The National Highway Traffic Safety Administration reported in March that 10 automakers are now producing more than half their new vehicles with automatic emergency braking (AEB) technology.
It’s the latest sign that tomorrow’s vehicles will be increasingly reliant upon technology. We need look no further than the current controversy over the grounding of Boeing’s new 737 MAX jet after two fatal plane crashes to see the risks of technology and transportation. Safety officials around the world are zeroing in on the MAX’s computerized safety system after a second fatal airliner crash involving the Seattle company’s new passenger jet. The Seattle Timesis reporting an analysis of the safety system relied upon by Boeing and the Federal Aviation Administration was likely fatally flawed amid concern that the pilots received inadequate training on the new jets before they were put into service.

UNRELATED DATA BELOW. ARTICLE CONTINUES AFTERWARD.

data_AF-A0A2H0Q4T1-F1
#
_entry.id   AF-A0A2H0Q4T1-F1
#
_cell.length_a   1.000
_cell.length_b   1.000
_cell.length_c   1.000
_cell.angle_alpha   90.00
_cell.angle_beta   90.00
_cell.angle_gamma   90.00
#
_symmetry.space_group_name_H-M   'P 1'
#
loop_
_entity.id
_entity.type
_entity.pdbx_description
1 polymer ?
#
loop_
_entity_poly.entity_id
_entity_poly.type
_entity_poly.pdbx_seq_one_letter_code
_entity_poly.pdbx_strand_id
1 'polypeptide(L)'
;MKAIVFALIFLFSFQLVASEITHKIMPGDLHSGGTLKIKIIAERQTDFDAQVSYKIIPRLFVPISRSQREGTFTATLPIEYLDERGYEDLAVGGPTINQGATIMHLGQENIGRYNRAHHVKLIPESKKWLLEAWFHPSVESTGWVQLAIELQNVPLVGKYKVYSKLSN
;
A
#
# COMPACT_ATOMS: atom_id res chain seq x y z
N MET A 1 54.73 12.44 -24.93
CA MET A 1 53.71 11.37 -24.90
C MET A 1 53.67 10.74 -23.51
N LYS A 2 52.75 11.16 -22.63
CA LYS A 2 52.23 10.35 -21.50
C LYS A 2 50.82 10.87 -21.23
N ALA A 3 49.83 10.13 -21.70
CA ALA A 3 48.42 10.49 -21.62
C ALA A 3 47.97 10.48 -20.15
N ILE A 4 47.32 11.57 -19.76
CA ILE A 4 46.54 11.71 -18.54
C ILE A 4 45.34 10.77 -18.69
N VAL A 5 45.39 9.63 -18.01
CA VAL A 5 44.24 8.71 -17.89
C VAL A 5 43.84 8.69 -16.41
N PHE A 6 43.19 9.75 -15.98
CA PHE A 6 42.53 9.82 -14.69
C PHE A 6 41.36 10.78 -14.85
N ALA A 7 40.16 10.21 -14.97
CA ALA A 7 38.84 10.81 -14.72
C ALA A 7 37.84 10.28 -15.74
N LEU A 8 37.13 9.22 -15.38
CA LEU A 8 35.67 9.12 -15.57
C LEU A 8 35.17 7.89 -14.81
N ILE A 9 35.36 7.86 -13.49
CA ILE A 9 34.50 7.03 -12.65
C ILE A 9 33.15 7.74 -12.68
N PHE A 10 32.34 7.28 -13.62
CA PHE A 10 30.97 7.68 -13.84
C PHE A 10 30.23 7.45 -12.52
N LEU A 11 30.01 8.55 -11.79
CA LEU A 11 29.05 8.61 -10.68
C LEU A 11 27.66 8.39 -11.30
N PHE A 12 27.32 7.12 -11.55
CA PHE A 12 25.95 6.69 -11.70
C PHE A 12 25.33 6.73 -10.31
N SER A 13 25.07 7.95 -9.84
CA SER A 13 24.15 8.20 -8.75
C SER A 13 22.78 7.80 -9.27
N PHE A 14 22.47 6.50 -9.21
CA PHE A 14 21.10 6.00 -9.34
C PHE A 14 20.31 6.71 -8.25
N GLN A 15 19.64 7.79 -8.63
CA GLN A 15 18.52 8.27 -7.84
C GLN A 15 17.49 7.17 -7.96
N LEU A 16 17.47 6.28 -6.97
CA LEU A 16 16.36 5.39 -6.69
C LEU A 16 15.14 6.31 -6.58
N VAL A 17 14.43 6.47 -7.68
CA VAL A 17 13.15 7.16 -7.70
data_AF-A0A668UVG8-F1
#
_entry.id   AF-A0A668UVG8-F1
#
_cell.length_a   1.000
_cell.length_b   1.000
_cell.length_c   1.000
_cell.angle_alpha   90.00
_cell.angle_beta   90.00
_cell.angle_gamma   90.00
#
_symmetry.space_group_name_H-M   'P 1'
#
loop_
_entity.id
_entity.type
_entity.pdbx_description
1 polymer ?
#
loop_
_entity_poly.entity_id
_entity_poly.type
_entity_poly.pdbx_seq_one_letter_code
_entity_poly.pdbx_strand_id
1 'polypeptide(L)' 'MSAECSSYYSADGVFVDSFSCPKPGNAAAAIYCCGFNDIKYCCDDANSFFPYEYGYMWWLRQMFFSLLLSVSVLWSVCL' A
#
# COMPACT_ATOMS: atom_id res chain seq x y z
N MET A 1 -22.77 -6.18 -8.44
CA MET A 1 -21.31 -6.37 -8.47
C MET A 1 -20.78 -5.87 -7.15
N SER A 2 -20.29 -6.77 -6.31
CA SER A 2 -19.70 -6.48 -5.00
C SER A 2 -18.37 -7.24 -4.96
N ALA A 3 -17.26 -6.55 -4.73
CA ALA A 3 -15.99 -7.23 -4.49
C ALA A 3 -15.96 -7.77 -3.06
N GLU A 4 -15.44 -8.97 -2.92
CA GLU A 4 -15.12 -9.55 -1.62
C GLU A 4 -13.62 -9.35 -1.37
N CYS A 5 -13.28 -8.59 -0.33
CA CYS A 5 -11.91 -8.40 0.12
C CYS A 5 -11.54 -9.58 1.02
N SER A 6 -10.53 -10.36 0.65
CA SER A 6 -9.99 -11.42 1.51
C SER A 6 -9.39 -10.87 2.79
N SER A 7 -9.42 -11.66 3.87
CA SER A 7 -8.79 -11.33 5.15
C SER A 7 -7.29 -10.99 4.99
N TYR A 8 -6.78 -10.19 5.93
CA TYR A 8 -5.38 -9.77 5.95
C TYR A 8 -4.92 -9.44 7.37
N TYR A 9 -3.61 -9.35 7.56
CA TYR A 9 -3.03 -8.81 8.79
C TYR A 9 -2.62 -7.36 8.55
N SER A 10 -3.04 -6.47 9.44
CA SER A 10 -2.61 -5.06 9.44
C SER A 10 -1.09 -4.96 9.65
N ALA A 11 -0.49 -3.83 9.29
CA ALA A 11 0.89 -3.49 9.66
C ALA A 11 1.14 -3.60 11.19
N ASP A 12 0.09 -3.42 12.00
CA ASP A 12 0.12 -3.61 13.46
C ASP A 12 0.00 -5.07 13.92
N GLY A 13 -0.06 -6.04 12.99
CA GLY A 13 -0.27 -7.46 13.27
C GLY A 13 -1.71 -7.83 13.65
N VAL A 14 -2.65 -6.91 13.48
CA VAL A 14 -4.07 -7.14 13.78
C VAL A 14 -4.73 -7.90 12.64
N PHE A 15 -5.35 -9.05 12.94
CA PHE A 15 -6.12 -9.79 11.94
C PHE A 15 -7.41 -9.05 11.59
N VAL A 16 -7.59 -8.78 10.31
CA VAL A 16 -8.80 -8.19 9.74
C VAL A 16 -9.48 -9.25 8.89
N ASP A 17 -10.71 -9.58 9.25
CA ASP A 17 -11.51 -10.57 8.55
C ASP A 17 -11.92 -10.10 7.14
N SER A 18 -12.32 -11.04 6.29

The systems pushes the nose down to prevent a stall, creating a deadly fight between the pilots and technology. Our defective product lawyers in Massachusetts know such defectives are often responsible for creating risks or exacerbating injuries on the nation’s roadways.